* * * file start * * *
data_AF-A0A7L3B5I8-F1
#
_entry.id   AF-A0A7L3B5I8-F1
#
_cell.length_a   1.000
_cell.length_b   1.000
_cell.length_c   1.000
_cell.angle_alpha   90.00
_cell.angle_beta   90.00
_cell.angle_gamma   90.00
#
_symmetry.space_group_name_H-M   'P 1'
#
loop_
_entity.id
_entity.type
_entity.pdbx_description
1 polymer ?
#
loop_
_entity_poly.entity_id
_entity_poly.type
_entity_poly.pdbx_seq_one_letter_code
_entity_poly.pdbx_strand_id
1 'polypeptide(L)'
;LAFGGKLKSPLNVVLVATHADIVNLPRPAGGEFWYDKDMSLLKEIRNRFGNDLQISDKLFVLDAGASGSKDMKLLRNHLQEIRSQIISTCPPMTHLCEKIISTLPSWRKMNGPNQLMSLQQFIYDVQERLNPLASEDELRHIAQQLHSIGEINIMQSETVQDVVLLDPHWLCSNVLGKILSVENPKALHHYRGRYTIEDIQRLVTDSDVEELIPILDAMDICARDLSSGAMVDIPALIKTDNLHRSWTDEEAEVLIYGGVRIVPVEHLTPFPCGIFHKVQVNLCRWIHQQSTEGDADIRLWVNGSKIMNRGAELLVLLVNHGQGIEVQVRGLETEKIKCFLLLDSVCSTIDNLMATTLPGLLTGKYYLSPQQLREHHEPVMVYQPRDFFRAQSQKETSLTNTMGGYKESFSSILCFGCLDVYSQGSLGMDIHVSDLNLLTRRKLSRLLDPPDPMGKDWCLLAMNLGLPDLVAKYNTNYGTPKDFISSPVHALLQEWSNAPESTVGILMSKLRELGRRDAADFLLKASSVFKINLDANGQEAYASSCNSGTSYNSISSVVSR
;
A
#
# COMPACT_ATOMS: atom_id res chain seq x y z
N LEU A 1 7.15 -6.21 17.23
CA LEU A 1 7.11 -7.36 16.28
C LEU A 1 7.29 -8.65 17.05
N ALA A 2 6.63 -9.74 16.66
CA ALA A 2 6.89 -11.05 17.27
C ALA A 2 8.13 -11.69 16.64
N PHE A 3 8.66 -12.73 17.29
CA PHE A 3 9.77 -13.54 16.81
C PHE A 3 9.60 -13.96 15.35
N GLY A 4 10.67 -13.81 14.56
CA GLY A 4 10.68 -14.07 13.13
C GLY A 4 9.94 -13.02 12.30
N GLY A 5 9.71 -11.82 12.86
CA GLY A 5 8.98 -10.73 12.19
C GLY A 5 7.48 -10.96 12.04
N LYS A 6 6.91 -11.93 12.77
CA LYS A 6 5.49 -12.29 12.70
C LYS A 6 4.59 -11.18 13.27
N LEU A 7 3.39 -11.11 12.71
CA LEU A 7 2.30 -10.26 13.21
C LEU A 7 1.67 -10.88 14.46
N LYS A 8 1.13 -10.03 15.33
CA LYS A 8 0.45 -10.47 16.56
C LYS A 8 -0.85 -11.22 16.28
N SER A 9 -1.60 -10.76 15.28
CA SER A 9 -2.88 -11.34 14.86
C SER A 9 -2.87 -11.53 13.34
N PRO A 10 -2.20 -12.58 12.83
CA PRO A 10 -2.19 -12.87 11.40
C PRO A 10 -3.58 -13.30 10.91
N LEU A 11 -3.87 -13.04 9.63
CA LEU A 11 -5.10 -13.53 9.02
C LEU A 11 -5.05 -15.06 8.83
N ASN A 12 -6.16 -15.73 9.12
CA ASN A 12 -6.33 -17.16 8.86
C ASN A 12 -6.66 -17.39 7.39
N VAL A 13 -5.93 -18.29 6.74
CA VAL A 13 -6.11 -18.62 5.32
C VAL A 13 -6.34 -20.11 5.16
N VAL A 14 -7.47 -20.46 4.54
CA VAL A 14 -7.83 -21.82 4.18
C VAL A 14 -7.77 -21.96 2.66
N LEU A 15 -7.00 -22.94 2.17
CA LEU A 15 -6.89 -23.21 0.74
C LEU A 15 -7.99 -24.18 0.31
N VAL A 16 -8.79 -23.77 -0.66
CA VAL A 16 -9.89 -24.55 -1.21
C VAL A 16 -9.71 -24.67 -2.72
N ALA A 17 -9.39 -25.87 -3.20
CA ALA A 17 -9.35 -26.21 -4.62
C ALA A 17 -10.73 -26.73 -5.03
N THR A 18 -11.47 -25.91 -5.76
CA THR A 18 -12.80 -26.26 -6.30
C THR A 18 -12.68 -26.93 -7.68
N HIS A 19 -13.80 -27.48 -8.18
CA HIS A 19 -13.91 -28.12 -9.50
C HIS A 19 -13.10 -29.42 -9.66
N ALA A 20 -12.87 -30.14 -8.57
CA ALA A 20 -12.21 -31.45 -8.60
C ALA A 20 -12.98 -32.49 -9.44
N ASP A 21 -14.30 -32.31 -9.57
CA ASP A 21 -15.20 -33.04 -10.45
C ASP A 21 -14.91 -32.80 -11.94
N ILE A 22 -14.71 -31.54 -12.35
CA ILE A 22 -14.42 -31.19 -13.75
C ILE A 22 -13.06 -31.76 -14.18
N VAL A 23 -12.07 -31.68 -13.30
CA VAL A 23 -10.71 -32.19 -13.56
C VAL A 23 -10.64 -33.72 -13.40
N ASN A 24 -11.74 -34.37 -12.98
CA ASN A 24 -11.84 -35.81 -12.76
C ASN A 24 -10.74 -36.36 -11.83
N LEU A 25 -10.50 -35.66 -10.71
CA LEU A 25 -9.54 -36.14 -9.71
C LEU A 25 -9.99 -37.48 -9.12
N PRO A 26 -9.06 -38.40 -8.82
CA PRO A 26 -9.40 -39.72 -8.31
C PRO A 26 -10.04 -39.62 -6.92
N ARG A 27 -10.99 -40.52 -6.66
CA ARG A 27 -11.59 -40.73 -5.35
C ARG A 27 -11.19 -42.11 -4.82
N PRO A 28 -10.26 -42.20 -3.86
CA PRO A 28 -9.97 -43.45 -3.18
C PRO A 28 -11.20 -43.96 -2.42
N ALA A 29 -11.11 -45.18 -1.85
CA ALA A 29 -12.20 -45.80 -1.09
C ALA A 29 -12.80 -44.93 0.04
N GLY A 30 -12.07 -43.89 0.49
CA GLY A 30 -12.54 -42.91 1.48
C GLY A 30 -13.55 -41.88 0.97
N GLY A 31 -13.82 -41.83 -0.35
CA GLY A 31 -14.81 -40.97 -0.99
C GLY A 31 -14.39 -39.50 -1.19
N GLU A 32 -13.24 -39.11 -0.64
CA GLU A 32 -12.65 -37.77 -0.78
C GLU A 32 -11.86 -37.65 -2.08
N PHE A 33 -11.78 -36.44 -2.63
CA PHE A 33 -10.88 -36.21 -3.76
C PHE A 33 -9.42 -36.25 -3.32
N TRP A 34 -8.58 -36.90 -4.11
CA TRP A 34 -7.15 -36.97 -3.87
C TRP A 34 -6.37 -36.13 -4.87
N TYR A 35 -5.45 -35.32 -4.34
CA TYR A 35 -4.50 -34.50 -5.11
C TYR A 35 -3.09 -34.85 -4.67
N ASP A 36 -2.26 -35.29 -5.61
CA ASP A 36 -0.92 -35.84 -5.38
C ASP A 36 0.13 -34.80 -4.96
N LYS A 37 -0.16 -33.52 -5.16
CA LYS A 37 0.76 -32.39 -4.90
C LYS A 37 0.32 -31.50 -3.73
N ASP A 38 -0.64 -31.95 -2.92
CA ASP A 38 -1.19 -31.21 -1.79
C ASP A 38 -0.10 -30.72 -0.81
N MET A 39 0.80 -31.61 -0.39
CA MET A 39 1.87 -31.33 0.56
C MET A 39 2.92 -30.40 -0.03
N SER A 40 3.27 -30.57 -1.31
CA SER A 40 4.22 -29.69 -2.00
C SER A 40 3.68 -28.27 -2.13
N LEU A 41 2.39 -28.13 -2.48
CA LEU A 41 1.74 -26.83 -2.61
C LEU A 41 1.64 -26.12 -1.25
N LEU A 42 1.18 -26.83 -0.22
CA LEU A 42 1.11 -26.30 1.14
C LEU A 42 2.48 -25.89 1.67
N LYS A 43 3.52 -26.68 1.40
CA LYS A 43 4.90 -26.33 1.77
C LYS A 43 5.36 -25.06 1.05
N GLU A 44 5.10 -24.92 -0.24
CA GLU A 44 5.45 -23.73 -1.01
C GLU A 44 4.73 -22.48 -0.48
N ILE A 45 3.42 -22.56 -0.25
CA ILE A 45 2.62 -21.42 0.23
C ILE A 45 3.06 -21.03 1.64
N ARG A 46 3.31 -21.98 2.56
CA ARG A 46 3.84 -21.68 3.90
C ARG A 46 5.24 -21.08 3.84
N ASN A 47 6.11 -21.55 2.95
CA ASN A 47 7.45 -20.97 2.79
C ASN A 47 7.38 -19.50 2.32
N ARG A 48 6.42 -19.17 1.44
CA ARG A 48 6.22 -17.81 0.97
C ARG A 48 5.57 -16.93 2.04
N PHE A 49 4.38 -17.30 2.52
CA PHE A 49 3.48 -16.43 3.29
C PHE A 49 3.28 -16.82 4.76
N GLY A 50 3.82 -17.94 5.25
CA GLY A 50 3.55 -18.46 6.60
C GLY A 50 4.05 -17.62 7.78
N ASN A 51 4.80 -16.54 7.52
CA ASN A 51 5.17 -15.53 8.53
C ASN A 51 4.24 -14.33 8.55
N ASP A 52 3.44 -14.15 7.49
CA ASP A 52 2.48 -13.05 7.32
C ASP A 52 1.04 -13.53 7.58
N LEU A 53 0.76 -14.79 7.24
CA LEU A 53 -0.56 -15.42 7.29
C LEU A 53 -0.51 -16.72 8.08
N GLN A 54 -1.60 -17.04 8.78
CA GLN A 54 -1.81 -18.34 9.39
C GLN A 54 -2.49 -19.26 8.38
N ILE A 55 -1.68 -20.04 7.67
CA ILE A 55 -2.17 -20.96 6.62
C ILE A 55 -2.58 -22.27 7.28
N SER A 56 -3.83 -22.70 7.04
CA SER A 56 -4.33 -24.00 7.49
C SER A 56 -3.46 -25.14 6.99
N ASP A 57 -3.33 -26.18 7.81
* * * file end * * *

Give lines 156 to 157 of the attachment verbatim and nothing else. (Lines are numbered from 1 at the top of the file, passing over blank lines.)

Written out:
C LEU A 42 2.48 -25.89 1.67
N LYS A 43 3.52 -26.68 1.40